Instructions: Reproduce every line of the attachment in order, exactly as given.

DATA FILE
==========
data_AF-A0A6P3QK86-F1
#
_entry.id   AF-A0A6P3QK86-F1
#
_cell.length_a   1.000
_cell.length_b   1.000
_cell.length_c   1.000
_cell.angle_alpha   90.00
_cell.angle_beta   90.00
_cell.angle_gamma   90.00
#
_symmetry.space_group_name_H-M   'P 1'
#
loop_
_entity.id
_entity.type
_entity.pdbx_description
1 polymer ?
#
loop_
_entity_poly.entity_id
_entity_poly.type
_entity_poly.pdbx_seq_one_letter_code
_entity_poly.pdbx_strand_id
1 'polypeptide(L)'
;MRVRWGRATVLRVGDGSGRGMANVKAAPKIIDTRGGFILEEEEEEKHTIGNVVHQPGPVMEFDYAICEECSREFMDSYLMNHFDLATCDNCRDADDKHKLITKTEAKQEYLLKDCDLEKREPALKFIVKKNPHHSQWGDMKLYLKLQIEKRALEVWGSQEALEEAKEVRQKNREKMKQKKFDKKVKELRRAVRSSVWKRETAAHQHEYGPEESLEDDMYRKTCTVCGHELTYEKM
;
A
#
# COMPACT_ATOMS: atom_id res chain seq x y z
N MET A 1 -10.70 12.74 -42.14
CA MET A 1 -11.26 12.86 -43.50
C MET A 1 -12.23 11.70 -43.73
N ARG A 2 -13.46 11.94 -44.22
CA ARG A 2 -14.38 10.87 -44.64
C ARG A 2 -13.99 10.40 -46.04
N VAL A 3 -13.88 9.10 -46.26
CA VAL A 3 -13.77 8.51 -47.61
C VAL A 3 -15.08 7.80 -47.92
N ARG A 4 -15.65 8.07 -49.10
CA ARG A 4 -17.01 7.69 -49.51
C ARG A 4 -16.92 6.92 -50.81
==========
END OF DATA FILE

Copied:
data_AF-A0A6P3QK86-F1
#
_entry.id   AF-A0A6P3QK86-F1
#
_cell.length_a   1.000
_cell.length_b   1.000
_cell.length_c   1.000
_cell.angle_alpha   90.00
_cell.angle_beta   90.00
_cell.angle_gamma   90.00
#
_symmetry.space_group_name_H-M   'P 1'
#
loop_
_entity.id
_entity.type
_entity.pdbx_description
1 polymer ?
#
loop_
_entity_poly.entity_id
_entity_poly.type
_entity_poly.pdbx_seq_one_letter_code
_entity_poly.pdbx_strand_id
1 'polypeptide(L)'
;MRVRWGRATVLRVGDGSGRGMANVKAAPKIIDTRGGFILEEEEEEKHTIGNVVHQPGPVMEFDYAICEECSREFMDSYLMNHFDLATCDNCRDADDKHKLITKTEAKQEYLLKDCDLEKREPALKFIVKKNPHHSQWGDMKLYLKLQIEKRALEVWGSQEALEEAKEVRQKNREKMKQKKFDKKVKELRRAVRSSVWKRETAAHQHEYGPEESLEDDMYRKTCTVCGHELTYEKM
;
A
#
# COMPACT_ATOMS: atom_id res chain seq x y z
N MET A 1 -10.70 12.74 -42.14
CA MET A 1 -11.26 12.86 -43.50
C MET A 1 -12.23 11.70 -43.73
N ARG A 2 -13.46 11.94 -44.22
CA ARG A 2 -14.38 10.87 -44.64
C ARG A 2 -13.99 10.40 -46.04
N VAL A 3 -13.88 9.10 -46.26
CA VAL A 3 -13.77 8.51 -47.61
C VAL A 3 -15.08 7.80 -47.92
N ARG A 4 -15.65 8.07 -49.10
CA ARG A 4 -17.01 7.69 -49.51
C ARG A 4 -16.92 6.92 -50.81